This was an excellent, very entertaining debate that I’m hoping the huge groups of folks who saw it also enjoyed.
The winner of the Manny Ramirez All-Star Debate is…
The intentionally public penalty for steroid use in baseball is clear. A first positive test garners a 50-game suspension without pay, a second is 100-games, and a third violation is a lifetime ban. While we can also debate that these are weak punishments, they are significantly better that what they were before they were changed in November 2005.
This was the first time Manny Ramirez has been caught with his hand in the steroids jar (ouch… needles…). Major League Baseball and the Players Association agreed on these rules, and the suspension has been carried out, due to be fully served before the 2009 All-Star game takes place. Therefore he has, by rule, a legitimate right to play in that game. More specifically, it explicitly states in the collective bargaining agreement that the commissioner’s office cannot prevent a player who was voted in by the fans from playing in the game. Here’s the actual language:
1. For purposes of this Section 8, a “game” shall include all championship season games, the All-Star Game and post-season games in which the Player would have been eligible to play, but shall not include spring training games. For a Player whose contract has been assigned to the Minor Leagues, a “game” shall include all Minor League regular season games for which he would have been eligible to play. A Player shall be deemed to have been eligible to play in the All-Star Game if he was elected or selected to play; the Commissioner’s Office shall not exclude a Player from eligibility for election or selection because he is suspended under the Program.”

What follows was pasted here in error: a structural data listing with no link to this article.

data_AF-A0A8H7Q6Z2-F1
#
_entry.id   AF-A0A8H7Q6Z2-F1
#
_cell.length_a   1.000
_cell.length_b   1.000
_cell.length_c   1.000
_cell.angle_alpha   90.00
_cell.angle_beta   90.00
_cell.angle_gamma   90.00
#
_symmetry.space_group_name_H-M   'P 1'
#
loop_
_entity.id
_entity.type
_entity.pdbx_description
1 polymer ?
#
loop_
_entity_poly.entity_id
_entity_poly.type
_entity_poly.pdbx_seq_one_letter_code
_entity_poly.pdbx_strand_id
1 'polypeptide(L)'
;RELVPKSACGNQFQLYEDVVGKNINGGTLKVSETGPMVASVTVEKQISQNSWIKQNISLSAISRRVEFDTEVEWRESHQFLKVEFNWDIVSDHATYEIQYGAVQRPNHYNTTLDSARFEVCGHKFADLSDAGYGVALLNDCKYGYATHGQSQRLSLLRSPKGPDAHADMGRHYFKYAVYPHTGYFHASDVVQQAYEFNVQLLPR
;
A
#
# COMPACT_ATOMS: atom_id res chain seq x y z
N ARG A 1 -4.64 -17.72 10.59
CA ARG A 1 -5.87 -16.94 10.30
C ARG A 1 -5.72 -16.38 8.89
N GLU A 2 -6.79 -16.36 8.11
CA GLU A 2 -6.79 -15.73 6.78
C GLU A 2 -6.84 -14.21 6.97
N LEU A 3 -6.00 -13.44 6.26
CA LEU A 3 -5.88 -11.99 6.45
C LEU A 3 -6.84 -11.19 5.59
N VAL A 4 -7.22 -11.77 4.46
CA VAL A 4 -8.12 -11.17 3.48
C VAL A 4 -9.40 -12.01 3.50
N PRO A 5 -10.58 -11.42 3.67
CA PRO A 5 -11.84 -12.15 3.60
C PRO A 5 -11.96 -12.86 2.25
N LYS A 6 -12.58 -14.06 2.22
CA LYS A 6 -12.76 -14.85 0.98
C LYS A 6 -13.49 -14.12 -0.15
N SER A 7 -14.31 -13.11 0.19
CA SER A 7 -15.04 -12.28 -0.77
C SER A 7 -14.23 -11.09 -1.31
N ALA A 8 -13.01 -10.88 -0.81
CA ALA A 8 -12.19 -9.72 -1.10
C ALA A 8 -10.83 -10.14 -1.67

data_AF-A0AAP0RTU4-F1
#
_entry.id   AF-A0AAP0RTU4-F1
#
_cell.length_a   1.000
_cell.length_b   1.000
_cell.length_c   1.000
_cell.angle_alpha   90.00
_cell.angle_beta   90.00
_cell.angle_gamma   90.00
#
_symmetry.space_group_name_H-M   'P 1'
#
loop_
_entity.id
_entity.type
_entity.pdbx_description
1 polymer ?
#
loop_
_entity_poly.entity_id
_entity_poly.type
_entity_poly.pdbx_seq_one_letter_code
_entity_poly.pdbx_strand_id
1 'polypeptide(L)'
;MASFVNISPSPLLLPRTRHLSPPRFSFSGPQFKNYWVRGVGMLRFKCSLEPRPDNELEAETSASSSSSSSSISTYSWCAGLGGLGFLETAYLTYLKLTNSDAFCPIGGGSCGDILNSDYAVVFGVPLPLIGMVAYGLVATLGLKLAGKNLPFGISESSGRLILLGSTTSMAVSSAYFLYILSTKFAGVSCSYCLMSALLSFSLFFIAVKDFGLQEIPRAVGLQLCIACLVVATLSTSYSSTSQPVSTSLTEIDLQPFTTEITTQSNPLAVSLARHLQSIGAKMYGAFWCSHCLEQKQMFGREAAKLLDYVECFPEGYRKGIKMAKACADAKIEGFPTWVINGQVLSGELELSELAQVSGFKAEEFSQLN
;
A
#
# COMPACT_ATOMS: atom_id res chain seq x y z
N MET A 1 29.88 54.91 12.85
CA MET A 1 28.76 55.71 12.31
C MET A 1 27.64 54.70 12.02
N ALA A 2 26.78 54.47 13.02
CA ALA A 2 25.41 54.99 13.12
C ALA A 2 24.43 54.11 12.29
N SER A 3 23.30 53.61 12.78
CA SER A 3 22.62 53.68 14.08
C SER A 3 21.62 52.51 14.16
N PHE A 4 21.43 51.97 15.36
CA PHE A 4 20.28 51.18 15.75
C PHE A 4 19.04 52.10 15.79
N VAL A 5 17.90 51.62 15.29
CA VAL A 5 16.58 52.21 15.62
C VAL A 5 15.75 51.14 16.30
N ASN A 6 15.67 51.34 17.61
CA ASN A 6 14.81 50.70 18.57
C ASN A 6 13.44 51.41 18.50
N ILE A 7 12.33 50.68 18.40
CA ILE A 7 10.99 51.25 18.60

Ultimately, Loyal Homer is not right in thinking that Bud Selig has the authority to make a public decree on this and prohibit Manny from playing in the game. While keeping Manny away may appear to be the “right” decision, it would be unwise because it creates long-term PR and Union problems for MLB.
For Bud Selig to simply make up a new rule would also compromise the very thing he has always pined for – fan approval. Selig introduced interleague play and has attempted to give the All-Star game meaning for the fans by determining home field advantage for the World Series (I’ll bet the NL hopes he gets voted in!). Whether these moves achieved their purpose is irrelevant (I think interleague play has both in fan approval and gate revenue) because part of the motivation for these moves was fan approval. It’s Selig’s historical approach to key issues impacting MLB that fueled Loyal Homer’s well-reasoned argument.
However, the wiser, long-term solution (that seemingly escapes Selig at times) is to use backchannels to pressure Manny to bow out if he’s voted in, or enact a rule starting in 2010 that prohibits players who have tested positive for performance-enhancing drugs from competing in the All-Star game in the year they tested positive.
Now, there was a bit of hyperbole in this debate. Bleacher Fan, no offense to Manny Ramirez, but, I really struggle trying to get a vision of him sitting at a desk in a dimly lit room, huddled next to a lamp with his thick contract, brushing dreads out of his face, hunched, pouring over every minute detail of his contract to make certain his $75k All-Star bonus didn’t get removed by Ned Colletti. I think that’s a stretch.
Great debate. We have a new King of the Hill debate coming up that will be introduced by the Manny debate winner, Bleacher Fan.